April – September 2017
Apart from its world class technical university, Delft has two claims to fame. One, as the birth and work place of painter Johannes Vermeer but more so, I suspect, for its blue and white pottery, ubiquitous not only in the cobbled streets and leafy canals of Delft, but around the world.
First created in the 16th century after being inspired by fine blue and white porcelain brought back from China by the Dutch East India Company, similar pieces from the Delft factories soon became sought after in their own right. However, their origins and inspirations were undeniable Chinese and the exhibition Verboden Porselein (Porcelain for the Forbidden City) at Delft’s Prinsenhof Museum tells of an amazing discovery at one of the earliest Ming dynasty factories in China.
During the early 1980s, an enormous quantity of pottery fragments was unearthed at the imperial kiln sites in the city of Jingdezhen. This archaeological discovery stunned the ceramic world: it was the earliest Ming-porcelain manufactured especially for the Chinese emperors. However, it never reached the imperial court in Beijing. Now, five hundred years later, in Verboden Porselein, these delicately decorated objects finally receive the attention they deserve. This exhibition is the first time the pieces have been seen outside of Asia.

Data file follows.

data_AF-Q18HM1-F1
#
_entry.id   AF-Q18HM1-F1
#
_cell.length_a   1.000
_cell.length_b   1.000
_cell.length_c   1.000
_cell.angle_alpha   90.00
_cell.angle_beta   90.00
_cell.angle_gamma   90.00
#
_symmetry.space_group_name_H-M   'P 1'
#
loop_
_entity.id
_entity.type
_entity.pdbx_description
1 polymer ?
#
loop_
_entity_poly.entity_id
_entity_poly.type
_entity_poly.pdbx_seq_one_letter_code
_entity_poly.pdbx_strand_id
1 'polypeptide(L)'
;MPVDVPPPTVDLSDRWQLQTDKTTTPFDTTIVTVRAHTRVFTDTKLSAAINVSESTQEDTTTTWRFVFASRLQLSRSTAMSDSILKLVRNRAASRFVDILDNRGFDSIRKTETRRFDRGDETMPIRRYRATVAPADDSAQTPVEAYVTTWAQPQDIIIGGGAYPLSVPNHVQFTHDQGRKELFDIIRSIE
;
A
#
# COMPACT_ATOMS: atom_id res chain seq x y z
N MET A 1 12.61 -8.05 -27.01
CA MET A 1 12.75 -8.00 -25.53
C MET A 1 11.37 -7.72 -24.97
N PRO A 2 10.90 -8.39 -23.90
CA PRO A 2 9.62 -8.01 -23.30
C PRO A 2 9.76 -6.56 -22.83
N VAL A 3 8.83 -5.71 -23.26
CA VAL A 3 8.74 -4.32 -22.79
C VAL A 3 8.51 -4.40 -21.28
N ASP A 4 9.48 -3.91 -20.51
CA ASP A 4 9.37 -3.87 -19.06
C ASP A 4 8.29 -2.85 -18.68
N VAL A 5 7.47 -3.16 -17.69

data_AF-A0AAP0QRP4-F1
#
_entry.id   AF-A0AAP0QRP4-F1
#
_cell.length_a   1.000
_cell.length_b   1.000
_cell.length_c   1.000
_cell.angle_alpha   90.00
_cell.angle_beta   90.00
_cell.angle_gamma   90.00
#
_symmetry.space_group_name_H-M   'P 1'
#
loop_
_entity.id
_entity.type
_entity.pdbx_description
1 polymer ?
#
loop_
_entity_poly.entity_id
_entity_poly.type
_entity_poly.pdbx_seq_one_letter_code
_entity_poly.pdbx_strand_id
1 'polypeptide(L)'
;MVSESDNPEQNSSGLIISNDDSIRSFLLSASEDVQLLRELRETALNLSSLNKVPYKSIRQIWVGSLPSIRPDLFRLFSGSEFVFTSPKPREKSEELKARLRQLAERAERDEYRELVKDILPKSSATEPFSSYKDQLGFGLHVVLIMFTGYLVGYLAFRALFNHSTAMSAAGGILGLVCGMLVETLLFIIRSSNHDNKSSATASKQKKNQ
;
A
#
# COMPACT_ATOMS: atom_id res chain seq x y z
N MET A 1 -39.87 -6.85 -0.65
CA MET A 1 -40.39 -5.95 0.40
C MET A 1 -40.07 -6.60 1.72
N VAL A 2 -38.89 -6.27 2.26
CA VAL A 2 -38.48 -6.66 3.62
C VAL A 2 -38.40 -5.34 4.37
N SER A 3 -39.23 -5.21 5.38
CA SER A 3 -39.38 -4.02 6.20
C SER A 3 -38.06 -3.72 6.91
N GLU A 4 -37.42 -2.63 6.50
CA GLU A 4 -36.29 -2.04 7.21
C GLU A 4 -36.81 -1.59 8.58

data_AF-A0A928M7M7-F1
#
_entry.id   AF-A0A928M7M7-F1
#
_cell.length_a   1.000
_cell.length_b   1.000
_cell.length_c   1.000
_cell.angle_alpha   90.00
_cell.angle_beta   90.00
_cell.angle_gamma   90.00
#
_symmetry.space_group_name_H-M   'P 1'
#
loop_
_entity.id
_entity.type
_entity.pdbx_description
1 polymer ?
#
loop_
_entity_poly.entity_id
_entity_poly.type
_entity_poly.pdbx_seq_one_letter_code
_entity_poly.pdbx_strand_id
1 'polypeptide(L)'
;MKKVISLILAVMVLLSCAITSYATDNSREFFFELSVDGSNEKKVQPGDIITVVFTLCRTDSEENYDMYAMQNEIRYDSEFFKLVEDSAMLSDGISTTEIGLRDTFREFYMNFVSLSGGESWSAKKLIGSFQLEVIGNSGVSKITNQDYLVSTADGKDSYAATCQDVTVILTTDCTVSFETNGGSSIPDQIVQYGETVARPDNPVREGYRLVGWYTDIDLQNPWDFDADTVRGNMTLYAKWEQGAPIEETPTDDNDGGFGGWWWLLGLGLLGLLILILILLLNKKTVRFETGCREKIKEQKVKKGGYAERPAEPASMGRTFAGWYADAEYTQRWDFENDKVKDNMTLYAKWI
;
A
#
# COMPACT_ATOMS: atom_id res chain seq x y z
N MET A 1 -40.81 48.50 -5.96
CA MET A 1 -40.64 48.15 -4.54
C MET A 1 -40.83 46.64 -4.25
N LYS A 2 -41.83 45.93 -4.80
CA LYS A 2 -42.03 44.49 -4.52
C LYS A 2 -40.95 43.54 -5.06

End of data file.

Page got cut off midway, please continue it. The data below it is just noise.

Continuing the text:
There are many breathtaking objects, the fact they are reconstructed fragments almost adding to their appeal. They are beautifully displayed, most of them in giant circular glass cases. Ancient portraits of the first Ming emperor, Hongwu, who was largely responsible for the development of the famous porcelain, overlook the proceeding from the gallery walls. There are also fascinating multi-media displays with videos showing the excavation of the fragments and of craftsmen still at work.
Although the first connection between Delft and China was made over four centuries ago, the ties are still there and Delft potters from the present day have visited Jingdezhen to seek inspiration for their work, much of which is exhibited alongside the main pieces.
The fascinating exhibition, enhanced by an intriguing backstory, continues until 3rd September. Michael Hasted July 2017